“I have been asked to conduct two pieces by Roscoe Mitchell and one by Don Moye," Rush told me last year. “I’m also providing instruments from my own collection for [percussionist] Don Moye. No question I would get involved a little bit in editing the scores, too. These things are extremely fluid and not at all like recording some of my other works like symphonies and chamber stuff. And the musicians are all amazing readers and amazing improvisers, which makes it really exciting.”
We Are on the Edge isn't the first Art Ensemble record made in Ann Arbor. Recorded on September 9, 1972, at the Ann Arbor Blues and Jazz Festival, Bap-Tizum is a free-wheeling, politically charged performance. (The first track on the LP is a band introduction by John Sinclair.)
Check out music from both albums below as you buy tickets to the 2019 Edgefest, which happens October 16-19:
In Elizabeth Smith's Pulp review of Nora Venturelli's Vice Versa exhibition at WSG Gallery in 2017, she noted that it consisted of "large-scale mixed-media paintings of the human figure in motion, with gestural lines and overlapping forms suggesting the trajectory of the body through space."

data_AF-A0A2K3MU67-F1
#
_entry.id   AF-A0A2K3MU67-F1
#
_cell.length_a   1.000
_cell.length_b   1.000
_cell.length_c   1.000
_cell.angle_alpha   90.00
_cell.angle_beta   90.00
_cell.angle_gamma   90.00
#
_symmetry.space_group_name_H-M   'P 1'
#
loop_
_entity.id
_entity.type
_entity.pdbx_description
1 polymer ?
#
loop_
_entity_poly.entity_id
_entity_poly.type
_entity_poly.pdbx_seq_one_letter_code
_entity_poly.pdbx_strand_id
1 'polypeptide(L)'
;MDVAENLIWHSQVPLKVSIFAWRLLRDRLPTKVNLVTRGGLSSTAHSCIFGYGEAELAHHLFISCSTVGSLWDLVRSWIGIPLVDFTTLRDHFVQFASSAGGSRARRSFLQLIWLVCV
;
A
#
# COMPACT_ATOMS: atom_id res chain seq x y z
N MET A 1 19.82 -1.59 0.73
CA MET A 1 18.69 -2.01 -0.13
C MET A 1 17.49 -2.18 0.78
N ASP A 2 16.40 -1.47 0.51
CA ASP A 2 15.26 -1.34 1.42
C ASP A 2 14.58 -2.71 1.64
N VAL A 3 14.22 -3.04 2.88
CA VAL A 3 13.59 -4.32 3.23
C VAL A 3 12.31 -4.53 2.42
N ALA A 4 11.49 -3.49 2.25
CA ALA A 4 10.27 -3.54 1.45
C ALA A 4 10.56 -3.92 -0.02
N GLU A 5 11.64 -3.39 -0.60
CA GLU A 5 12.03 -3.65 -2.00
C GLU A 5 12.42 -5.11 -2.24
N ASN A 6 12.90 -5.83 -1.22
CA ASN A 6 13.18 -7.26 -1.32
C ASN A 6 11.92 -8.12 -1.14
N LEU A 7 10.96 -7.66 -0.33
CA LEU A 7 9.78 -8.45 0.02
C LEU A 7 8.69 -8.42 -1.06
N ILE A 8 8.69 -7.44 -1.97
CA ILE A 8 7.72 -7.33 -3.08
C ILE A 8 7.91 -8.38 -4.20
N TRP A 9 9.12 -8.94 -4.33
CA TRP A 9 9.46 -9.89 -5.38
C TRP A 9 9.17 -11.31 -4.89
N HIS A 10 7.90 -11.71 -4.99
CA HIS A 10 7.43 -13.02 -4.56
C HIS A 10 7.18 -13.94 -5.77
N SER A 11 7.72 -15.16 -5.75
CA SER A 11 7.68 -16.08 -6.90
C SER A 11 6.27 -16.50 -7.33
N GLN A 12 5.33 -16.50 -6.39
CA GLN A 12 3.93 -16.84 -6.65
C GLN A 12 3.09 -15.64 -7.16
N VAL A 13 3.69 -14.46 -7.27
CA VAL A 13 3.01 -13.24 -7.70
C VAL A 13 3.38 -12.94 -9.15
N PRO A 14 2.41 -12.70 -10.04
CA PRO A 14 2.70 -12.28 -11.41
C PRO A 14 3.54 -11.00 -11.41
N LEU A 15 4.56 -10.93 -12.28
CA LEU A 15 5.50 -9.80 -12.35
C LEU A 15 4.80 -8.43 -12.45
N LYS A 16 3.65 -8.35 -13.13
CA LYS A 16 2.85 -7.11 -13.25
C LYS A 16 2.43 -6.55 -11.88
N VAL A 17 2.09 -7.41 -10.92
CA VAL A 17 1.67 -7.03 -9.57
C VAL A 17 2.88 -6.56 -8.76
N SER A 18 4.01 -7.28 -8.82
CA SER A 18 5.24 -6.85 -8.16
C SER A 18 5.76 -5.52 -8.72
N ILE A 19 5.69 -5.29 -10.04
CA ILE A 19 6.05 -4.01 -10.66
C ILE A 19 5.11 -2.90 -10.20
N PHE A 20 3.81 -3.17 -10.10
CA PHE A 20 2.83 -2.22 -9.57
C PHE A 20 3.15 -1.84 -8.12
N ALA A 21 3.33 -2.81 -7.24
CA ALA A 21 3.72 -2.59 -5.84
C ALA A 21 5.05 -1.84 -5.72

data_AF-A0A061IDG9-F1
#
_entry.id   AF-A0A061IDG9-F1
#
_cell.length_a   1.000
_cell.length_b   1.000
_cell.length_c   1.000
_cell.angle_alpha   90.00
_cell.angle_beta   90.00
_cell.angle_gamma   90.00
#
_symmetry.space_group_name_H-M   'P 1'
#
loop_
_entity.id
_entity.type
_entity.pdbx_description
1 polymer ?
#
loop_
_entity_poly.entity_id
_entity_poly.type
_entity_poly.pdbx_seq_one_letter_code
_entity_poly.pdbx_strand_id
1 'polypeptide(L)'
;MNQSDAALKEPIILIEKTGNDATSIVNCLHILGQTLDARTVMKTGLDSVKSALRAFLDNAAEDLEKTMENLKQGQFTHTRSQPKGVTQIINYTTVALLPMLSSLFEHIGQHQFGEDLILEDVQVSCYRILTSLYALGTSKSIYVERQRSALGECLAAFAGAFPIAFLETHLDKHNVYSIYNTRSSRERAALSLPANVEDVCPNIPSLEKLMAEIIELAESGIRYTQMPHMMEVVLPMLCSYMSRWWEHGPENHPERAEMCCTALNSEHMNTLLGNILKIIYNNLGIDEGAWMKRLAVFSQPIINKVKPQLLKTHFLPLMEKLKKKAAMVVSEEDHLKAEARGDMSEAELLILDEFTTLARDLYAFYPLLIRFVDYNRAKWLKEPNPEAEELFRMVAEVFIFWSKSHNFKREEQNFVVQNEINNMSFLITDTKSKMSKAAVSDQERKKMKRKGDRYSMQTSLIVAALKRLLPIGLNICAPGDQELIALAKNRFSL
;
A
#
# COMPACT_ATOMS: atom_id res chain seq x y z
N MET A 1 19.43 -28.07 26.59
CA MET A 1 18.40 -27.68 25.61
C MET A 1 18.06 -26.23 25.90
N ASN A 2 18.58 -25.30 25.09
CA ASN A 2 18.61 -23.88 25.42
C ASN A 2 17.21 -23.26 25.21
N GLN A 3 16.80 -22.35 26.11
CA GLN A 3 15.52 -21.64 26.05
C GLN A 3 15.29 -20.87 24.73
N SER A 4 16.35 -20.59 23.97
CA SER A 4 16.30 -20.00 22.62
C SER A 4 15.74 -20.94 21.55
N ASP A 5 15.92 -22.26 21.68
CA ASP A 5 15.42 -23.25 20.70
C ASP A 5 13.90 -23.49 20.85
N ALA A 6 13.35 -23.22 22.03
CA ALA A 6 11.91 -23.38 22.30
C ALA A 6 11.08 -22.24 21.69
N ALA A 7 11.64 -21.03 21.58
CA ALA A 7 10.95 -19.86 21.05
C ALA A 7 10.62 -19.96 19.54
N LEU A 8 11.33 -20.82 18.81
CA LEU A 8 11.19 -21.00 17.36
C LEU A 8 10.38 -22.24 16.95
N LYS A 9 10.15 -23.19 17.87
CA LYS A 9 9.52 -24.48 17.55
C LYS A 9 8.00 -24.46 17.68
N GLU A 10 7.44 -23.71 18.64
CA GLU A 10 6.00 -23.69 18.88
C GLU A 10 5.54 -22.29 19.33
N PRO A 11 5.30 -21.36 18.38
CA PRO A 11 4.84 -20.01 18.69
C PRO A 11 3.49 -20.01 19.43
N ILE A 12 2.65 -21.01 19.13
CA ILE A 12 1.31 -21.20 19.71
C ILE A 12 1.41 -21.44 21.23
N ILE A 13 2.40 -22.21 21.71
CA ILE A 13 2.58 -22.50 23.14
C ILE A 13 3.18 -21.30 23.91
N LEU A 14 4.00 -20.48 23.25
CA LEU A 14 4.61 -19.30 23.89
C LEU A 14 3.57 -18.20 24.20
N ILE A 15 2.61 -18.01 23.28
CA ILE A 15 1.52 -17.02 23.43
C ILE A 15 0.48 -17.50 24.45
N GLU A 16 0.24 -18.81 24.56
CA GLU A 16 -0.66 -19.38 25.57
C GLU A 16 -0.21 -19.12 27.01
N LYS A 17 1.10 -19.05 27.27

That description is true for Venturelli's new WSG exhibition, Body of Work -- except for the "large-scale" part. In an interview published on wsg-art.com, Venturelli says she hasn't "had the time to work on bigger pieces these past two years. Therefore, I decided to show what I had been doing since my last solo at the gallery. Most of the work in this show is the result of short poses during weekly 3-hour sessions."
Ruth Leonela Buentello's "Yo Tengo Nombre" evokes the horrors immigrants face at the U.S.-Mexico border
Ruth Leonela Buentello's Zero Tolerance series was inspired by the Trump administration's inhumane immigration policy at the U.S.-Mexico border and the subsequent mistreatment of migrant individuals as revealed by media investigations. Six paintings from the series will be displayed at the University of Michigan's Institute for the Humanities under the title Yo Tengo Nombre [I Have a Name] from September 19 to October 31.
While the San Antonio, Texas-based Buentello is an interdisciplinary artist, the works in Yo Tengo Nombre are all acrylic-on-canvas paintings. She asked members of her family to pose for the paintings, telling them to imagine what it would be like if they were in the position of these migrants. "Family and immigration enforcement are personal to many of us with migrant roots," Buentello said in a press release and she tried to capture the terror in her relatives' faces as they acted out moments that immigrants deal with every day.
Buentello, the 2019 Efroymson Emerging Artist in Residence, will talk with curator Amanda Krugliak during the opening reception on September 19, 5:30-7 pm.
Below is a sneak peek at the paintings.